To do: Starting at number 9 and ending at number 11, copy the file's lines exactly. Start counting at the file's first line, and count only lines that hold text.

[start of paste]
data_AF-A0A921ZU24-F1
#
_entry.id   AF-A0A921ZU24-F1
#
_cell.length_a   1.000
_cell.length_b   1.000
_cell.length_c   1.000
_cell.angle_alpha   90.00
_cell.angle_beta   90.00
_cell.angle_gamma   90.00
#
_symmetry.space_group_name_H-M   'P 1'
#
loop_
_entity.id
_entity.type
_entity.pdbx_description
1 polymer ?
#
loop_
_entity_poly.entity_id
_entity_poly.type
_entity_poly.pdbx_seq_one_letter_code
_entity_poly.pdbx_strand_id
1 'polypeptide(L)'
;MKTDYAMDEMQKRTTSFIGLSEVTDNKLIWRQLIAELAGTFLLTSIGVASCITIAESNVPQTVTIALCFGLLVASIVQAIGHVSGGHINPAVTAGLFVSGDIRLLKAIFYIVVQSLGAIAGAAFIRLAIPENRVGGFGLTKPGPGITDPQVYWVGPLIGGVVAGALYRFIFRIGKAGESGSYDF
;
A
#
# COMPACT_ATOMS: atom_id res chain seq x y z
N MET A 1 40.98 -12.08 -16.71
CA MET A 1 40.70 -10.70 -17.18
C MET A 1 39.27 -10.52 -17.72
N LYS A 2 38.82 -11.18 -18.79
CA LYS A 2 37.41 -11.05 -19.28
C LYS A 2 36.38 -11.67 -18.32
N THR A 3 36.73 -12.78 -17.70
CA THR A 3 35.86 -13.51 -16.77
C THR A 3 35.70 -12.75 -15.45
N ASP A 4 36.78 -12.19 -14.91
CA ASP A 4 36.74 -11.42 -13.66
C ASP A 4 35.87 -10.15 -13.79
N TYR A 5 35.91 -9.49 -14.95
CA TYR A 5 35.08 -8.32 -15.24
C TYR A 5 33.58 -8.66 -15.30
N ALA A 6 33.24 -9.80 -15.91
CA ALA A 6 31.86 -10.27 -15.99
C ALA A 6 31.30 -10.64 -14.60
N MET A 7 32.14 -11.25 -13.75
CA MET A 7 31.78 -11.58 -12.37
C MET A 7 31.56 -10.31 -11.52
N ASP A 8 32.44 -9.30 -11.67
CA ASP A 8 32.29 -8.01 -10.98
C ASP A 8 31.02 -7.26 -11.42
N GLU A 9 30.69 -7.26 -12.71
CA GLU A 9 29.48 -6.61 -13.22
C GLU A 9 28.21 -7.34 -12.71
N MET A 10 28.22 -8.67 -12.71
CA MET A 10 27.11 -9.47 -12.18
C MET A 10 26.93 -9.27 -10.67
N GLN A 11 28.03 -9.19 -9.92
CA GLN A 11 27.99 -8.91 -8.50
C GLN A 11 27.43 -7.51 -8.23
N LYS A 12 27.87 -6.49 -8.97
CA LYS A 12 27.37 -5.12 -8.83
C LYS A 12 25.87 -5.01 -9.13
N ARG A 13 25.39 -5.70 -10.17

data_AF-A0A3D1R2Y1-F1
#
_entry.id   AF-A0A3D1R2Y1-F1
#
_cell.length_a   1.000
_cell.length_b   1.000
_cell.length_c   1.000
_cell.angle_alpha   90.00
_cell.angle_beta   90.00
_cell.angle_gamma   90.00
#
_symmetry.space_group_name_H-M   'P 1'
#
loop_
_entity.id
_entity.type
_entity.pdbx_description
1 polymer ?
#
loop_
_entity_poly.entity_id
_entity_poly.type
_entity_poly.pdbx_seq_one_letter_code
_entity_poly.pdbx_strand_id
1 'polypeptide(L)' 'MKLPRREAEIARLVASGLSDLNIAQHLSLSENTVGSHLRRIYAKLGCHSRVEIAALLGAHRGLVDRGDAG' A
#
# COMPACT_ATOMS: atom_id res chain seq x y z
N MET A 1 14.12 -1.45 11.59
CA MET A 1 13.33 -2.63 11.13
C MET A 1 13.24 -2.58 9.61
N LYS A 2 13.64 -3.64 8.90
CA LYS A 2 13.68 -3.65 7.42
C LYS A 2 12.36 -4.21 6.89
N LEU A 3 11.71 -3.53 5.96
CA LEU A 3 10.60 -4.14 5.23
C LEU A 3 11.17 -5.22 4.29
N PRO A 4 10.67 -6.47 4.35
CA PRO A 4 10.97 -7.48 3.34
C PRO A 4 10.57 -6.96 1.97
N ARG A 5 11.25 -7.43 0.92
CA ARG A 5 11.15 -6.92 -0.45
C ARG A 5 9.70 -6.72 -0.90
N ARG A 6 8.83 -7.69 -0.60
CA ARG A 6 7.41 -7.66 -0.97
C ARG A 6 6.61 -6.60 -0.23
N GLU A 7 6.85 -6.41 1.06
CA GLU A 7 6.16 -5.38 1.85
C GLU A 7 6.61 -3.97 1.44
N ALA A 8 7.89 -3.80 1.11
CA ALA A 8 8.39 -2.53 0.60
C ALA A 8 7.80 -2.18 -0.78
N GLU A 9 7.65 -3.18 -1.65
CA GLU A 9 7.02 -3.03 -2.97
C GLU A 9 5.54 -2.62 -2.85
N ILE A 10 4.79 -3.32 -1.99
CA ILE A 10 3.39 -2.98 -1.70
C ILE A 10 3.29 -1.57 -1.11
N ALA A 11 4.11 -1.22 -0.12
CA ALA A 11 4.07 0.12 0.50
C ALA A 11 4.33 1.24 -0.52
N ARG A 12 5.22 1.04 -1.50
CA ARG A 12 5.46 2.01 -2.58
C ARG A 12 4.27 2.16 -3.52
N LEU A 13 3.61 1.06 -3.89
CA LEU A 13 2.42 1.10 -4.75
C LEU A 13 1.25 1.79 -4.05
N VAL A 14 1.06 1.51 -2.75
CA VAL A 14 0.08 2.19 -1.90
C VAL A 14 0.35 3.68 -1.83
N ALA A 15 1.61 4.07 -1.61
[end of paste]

_cell.angle_beta   90.00
_cell.angle_gamma   90.00
#